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Do we really need Constitutional Carry?

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Do we really need Constitutional Carry?
Hoppy's Commentary | Hoppy Kercheval

The Legislature has passed and sent to Governor Tomblin the Constitutional Carry bill. HB 4145 eliminates the requirement for a permit to carry a concealed weapon.

Currently, West Virginians have to obtain a permit and go through a training course before legally concealing their gun, but that requirement will be eliminated under this bill, except for individuals between the ages of 18 and 21.

Governor Tomblin is expected to veto the bill, just as he did last year, and likely for the same reasons. “Law enforcement officers throughout the state have voiced overwhelming opposition to this bill. In light of their concerns and in the interest of public safety, I believe a veto is appropriate,” Tomblin said in his veto message last March.

But unlike last year, there will be enough time to override the veto this year and the votes are there in both chambers.

Supporters argue that the permitting process is an undue burden on their 2nd Amendment rights. They chafe at having to go through the county sheriff and pay a $100 fee to get their permit to exercise their freedom.

Notably, the West Virginia Sheriff’s Association agreed to eliminate the fee, if they could retain the permitting process and the training for gun owners.  “For safety reasons, we think training is THE most important thing when carrying a weapon,” said association executive director Rodney Miller.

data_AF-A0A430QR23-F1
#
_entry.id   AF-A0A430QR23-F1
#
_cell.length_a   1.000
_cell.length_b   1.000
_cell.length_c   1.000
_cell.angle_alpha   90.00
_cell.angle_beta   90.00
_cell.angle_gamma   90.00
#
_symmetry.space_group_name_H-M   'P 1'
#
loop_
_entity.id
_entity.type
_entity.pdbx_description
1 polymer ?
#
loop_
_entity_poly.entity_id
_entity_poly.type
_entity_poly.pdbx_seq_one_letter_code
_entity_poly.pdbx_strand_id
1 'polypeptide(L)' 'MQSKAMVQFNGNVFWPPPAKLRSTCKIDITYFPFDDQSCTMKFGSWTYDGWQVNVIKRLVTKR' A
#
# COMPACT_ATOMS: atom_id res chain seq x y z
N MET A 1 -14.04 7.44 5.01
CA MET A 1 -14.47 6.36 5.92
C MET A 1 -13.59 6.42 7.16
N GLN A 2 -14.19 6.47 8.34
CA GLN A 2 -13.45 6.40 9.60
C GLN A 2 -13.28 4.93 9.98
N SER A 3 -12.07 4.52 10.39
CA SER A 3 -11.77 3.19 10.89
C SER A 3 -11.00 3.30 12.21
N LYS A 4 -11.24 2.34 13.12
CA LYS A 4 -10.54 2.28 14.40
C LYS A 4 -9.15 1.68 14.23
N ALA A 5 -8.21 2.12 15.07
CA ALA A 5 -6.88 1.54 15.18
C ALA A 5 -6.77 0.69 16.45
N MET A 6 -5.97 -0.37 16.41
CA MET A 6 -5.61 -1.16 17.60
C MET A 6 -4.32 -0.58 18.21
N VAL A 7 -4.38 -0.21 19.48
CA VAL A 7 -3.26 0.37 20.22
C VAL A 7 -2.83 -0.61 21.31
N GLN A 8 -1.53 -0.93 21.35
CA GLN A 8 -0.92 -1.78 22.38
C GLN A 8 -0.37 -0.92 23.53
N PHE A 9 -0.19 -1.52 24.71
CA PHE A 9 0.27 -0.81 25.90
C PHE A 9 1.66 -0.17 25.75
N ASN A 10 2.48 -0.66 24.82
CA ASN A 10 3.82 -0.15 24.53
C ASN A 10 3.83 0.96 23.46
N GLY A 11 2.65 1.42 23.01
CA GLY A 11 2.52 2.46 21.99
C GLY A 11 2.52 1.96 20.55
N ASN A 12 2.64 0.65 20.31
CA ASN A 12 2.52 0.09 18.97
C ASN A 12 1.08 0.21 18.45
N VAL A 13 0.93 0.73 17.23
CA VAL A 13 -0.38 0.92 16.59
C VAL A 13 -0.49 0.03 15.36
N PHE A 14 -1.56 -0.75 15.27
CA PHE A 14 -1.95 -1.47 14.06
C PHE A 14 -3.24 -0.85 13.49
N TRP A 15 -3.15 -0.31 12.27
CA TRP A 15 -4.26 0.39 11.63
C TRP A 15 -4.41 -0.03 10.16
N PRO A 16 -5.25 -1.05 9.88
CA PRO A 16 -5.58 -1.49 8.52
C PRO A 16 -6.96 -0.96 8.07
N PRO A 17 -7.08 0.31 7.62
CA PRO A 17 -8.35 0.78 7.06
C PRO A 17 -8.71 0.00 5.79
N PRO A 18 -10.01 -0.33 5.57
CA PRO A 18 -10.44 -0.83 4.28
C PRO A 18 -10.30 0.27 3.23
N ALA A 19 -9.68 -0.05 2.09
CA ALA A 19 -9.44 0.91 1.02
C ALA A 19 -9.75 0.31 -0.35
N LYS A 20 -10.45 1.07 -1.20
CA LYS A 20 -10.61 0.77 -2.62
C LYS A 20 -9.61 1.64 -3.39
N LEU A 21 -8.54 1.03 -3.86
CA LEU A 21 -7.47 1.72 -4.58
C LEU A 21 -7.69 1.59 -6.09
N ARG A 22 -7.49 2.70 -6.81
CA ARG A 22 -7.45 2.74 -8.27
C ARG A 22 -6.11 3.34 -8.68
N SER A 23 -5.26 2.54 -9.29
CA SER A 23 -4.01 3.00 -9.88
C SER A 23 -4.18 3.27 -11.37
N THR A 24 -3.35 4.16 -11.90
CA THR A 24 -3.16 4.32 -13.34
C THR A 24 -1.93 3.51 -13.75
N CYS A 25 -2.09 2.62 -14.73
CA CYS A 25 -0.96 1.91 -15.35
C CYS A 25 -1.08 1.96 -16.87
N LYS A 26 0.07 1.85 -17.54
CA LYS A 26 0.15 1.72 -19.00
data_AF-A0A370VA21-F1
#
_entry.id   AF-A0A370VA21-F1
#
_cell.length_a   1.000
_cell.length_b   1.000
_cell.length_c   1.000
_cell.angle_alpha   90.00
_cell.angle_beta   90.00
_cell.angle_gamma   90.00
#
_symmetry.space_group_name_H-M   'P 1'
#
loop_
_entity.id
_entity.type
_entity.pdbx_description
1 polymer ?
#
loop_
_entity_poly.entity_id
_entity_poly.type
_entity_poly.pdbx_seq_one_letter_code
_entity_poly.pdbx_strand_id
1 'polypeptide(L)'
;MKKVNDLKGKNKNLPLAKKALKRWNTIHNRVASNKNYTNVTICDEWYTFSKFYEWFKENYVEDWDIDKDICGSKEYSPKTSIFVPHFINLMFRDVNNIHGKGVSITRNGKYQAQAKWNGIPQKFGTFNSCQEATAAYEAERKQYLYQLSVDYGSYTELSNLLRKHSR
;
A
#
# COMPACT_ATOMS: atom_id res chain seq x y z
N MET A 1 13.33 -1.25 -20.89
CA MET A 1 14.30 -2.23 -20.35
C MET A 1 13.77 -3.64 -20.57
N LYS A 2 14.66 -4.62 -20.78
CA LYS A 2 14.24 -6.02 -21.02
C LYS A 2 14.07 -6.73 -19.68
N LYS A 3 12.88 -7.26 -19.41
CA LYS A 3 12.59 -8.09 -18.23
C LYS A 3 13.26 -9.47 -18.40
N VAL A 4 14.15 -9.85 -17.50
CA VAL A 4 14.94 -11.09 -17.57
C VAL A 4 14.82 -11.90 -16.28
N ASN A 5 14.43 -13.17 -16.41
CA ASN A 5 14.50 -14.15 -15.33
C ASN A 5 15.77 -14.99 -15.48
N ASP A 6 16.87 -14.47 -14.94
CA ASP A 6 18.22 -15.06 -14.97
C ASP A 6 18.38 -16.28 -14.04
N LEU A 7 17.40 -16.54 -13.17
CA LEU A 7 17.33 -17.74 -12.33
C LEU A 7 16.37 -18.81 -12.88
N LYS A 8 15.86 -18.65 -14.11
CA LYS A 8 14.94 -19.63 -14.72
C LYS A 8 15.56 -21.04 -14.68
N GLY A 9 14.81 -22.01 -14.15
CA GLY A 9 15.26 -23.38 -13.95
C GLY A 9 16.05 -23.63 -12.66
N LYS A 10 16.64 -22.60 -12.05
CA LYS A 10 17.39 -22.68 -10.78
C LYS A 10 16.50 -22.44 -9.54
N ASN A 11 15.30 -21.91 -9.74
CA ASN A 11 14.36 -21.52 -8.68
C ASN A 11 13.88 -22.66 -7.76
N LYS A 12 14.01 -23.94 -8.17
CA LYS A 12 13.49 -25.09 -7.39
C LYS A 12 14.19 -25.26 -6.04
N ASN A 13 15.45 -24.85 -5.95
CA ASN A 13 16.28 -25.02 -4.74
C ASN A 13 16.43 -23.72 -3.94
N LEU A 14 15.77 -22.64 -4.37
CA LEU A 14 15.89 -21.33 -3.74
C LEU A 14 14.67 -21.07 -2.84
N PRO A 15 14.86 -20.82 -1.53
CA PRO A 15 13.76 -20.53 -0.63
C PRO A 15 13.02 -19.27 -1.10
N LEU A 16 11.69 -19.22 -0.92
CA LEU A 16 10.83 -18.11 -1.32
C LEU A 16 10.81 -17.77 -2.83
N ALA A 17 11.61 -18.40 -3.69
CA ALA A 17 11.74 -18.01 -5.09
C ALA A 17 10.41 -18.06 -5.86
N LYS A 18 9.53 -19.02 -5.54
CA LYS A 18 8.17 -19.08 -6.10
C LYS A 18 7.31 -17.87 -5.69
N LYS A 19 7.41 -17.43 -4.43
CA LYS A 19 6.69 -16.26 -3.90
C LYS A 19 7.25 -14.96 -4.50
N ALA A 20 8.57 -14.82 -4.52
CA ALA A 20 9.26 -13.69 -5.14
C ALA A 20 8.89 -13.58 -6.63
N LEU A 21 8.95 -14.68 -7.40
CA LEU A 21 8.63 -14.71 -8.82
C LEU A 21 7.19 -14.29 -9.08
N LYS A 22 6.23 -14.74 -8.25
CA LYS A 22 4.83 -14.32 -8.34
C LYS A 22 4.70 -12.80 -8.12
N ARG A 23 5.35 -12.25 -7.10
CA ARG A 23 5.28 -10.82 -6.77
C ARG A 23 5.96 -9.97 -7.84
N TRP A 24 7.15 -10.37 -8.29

It’s hard to argue with that logic. But the goal of Constitutional Carry advocates is to advance a pure interpretation of the 2nd Amendment–no taxes, no fees, no paperwork, no permits.

That ignores the reality that all rights have limitations.  The late Supreme Court Justice Antonin Scalia was one of the most ardent supporters of the 2nd Amendment. It was Scalia who authored the landmark District of Columbia v. Heller decision that affirmed an individual’s right to possess a firearm for lawful purposes.

But even Scalia recognized boundaries.

“Like most rights, the right secured by the Second Amendment is not unlimited,” he wrote in Heller. “From Blackstone through the 19th-century cases, commentators and courts rou­tinely explained that the right was not a right to keep and carry any weapon whatsoever in any manner whatsoever and for whatever purpose.”

West Virginia is a “shall issue” state, unlike other states where applicants may have to justify their need for a concealed carry permit. It’s difficult to imagine how an application and a training course, which benefits the applicant as well as the general public, amount to unconstitutional requirements.

Responsible gun owners, who make up the vast majority of West Virginians, will still get training or follow appropriate safety procedures.  Many will still want a concealed carry permit because it will be honored in states with which West Virginia has reciprocal agreements.

However, there will now be an opportunity for the inexperienced to buy a gun, stuff it inside their coat and walk down the street.  No one that person comes in contact with, including the police, will be the wiser or be able to act accordingly.

And no good will come of that.